• filmlog: Panic Room (2002)
    Surprisingly conventional Hitchcock-wannabe from David Fincher that's gripping for much of its duration before losing its was in the third act. Mostly saved by the performances particularly from Jodie Foster who doesn't make enough films.
  • Behind the Sofa: Fart gags, sex swaps and non-fans.
    I don't know if it'll still look like that by Saturday but the special Red Nose Day 'look' is fantastic. Nice one Damon.
  • kottke.org is 9 years old today (kottke.org)
    Congratulations Jason. I hadn't realised it was so long...
  • johnaugust.com:The Big Red Cheese
    John's writing a 'Captain Marvel' film: "In my head, the movie’s called Captain Marvel, but for legal reasons, it will almost certainly be some variation on Shazam! [...] the hero isn’t a Captain, and doesn’t live in the Marvel universe."
  • Cinematical: Will 'Man Eating a Baby,' Other Scenes Get Grindhouse An NC-17?
    Once again the population of America are treated like children. Violence? Yes! Sex! Nooo!
  • "Still got my demons."

    Comics Buffy's back, jumping and kicking and thumping and thumping her way through the demon hoard just as she always did, the burden of her calling still sitting heavy on her shoulders, and this time she's back with her creator Joss Whedon, who's writing a whole new season of adventures for her and the gang. Most of the articles I've been reading online have begun with that kind of patter before dropping the revelation that it's not on television - but a -- get this -- a comic -- before increasing the level of surprise by indicating how good it is! Well of course it's good.

    This isn't of course the first time Buffy: The Vampire Slayer's appeared in comic book form - even when the series was on air, Dark Horse Comics was publish tie-ins, but along with the novels these leapt into the gaps in the series, between episodes, between seasons, before the slayer's story began, even rewriting the plot of the movie to fit television continuity. But even since the show went off air, unlike some other rudderless franchises, have rarely ventured past the final episode.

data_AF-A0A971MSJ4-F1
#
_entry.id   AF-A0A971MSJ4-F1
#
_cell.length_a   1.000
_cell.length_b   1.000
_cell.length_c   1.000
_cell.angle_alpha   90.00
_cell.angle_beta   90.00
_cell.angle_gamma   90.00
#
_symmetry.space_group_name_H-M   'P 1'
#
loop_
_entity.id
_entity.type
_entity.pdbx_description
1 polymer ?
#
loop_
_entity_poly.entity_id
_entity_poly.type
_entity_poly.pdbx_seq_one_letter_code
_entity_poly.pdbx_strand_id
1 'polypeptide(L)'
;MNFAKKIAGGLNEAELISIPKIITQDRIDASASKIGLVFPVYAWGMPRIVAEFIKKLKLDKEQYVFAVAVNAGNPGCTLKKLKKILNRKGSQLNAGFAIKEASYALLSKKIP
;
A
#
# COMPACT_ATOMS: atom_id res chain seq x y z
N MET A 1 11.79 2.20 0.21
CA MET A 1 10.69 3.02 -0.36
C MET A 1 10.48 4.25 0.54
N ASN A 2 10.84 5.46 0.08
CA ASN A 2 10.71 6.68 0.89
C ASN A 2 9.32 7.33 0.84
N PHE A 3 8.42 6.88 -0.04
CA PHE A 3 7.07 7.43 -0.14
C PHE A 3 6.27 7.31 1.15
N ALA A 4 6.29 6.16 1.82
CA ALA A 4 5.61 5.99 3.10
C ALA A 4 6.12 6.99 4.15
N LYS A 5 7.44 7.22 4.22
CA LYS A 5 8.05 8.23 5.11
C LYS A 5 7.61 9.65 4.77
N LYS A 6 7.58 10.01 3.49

Which is why this new series is special - it's effectively Season Eight, the continuation and more importantly it's 'canonical' - in other words it's just as important to the continuity as Buffy's death then resurrection and the cheese man. But cleverly, the story here is a natural extension of the tv series, extrapolating the aftershocks of that final episode on some time instead of simply producing more of the same, pitching up the Scoobies in Cleveland for more of the same until that town becomes a crater as well.

    Instead, Buffy has become the leader of an army of slayers, grouped throughout the world, fighting the good fight wherever it may be. She's no longer the chosen one, but it's her experience that makes her special, having dealt with the undead longer than anyone. But she's perhaps even more isolated than ever, her friends scattered, with only Xander and her sister Dawn around from the old days.

    Unsurprisingly given Whedon's superlative run on Astonishing X-Men he's been able to translate the saga to the page and at no point does this first adventure The Long Way Home feel like a tv script dropped into comic frames. He takes full advantage of the form allowing each turn of the page to reveal some new surprise of revelation, more often than not in the reveal of an old friend and showing what's happened to them in the intervening time. Some are touching, others are just plain hilarious but that classic Whedon technique of combining the funny with the tragedy is all present and correct.

    As is the characterization - the man knows his protagonists inside and out and even a figure like Dawn, who I've never felt has been captured quite right off the screen is just perfect here despite her predicament. Xander's grown up a bit but still retains some of his goofiness -- but the star, just it should be, is Buffy the crack of light and dark evident in her words. Cleverly, their goodness, leading what amounts to a kind of feminist version of The Initiative, the evil government authority that appeared in fourth season of the tv series, is played off against that very organisation. It's the usual array of scientists and military men and it'll be interesting to see the two groups jutting up against one another as the story progresses.